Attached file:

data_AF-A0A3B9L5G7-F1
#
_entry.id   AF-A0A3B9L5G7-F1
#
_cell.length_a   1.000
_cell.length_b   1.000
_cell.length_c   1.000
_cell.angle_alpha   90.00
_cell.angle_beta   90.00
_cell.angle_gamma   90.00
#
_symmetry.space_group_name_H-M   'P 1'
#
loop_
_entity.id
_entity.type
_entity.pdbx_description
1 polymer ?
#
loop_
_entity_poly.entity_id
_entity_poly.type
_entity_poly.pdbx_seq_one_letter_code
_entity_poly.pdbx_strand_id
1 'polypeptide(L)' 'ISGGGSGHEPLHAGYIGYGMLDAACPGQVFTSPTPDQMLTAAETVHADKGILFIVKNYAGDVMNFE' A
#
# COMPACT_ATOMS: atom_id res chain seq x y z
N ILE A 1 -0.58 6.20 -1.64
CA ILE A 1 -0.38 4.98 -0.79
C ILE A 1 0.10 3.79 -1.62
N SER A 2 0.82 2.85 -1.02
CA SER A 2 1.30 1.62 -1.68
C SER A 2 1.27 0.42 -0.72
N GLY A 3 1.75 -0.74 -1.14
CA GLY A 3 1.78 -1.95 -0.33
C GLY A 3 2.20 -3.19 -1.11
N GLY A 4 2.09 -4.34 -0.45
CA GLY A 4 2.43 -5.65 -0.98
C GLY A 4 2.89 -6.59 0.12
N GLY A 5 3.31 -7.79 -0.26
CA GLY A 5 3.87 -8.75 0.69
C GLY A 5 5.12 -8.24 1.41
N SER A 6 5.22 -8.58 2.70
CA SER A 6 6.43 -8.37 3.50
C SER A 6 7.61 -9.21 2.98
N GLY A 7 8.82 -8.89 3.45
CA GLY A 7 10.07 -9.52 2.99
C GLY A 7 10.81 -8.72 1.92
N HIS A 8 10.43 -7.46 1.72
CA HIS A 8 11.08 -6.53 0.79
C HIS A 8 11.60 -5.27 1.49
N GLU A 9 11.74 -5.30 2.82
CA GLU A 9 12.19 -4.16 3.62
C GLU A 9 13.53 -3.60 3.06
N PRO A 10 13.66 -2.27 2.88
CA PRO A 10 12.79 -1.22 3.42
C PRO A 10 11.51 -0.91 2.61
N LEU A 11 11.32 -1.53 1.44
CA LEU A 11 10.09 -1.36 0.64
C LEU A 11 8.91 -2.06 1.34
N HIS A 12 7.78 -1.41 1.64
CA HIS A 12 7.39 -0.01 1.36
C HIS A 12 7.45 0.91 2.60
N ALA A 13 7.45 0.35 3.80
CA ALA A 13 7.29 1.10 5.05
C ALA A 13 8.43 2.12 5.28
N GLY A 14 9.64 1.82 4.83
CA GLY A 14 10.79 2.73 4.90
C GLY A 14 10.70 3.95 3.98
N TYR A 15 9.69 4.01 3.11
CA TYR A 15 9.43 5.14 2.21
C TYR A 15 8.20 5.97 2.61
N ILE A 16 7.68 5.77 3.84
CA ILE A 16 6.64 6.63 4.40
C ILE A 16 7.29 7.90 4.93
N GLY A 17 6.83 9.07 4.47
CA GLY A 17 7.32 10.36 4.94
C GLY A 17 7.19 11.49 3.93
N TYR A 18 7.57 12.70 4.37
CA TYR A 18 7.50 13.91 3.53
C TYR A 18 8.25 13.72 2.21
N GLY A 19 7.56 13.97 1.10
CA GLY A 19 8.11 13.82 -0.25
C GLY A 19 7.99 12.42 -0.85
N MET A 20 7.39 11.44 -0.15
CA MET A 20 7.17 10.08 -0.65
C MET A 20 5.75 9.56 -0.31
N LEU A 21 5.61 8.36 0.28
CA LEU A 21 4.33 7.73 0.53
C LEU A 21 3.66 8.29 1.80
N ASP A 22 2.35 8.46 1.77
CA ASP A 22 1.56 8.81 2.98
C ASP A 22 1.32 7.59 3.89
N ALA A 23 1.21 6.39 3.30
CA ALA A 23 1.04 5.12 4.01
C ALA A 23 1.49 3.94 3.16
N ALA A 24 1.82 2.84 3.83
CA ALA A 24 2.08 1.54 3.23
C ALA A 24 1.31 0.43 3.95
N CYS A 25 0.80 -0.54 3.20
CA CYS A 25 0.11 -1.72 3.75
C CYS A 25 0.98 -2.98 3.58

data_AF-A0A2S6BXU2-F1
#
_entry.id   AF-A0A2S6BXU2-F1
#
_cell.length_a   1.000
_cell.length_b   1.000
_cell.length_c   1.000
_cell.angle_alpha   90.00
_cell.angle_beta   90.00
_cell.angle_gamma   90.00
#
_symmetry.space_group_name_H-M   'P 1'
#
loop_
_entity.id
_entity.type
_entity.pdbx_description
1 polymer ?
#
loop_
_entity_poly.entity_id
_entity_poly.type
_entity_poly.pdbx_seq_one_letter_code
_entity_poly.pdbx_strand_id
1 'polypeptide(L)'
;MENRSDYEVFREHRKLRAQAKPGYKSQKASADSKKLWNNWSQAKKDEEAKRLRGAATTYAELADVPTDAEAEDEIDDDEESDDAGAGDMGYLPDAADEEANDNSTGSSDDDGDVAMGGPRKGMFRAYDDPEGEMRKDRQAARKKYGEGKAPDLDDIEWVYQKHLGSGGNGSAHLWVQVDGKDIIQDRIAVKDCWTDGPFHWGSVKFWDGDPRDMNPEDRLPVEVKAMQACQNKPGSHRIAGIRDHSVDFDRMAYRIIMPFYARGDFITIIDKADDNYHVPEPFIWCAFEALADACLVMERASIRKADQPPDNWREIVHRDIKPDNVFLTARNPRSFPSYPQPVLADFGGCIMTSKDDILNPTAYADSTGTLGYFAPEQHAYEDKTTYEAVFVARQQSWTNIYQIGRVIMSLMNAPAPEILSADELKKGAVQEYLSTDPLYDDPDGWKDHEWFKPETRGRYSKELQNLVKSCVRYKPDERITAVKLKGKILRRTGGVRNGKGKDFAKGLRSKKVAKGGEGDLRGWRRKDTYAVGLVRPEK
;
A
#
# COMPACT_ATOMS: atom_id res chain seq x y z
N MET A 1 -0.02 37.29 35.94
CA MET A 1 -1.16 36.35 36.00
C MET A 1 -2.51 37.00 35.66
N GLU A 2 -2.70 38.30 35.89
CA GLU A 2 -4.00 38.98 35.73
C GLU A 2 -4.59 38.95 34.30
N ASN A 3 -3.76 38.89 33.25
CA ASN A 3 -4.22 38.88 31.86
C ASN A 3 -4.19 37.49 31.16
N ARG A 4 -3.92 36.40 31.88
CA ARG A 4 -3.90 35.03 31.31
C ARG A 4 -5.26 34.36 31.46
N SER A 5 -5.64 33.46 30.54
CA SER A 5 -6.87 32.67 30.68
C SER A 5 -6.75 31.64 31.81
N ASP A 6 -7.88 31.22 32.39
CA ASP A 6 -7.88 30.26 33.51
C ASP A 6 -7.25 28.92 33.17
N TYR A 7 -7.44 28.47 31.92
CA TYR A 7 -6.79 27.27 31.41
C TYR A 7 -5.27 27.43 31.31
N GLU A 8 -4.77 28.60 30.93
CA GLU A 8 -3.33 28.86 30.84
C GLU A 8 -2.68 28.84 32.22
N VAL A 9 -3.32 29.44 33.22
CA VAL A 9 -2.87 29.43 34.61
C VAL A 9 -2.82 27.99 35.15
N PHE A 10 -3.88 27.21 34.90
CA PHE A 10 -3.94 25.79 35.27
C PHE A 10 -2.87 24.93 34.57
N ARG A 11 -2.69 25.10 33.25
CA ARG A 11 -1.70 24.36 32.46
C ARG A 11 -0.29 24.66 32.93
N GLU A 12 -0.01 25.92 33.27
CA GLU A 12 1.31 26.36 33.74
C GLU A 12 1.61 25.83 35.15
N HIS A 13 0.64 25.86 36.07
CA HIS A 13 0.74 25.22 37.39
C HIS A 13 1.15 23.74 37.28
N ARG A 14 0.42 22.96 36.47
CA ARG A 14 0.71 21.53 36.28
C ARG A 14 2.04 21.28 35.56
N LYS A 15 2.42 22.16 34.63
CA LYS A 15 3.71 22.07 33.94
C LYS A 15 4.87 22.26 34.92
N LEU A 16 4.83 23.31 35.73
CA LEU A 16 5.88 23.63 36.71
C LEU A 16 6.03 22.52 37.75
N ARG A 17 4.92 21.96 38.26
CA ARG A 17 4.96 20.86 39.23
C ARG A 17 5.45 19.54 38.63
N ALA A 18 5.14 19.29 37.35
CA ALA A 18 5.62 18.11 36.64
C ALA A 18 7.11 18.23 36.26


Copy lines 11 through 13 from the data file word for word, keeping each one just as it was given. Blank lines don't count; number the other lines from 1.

#
_symmetry.space_group_name_H-M   'P 1'
#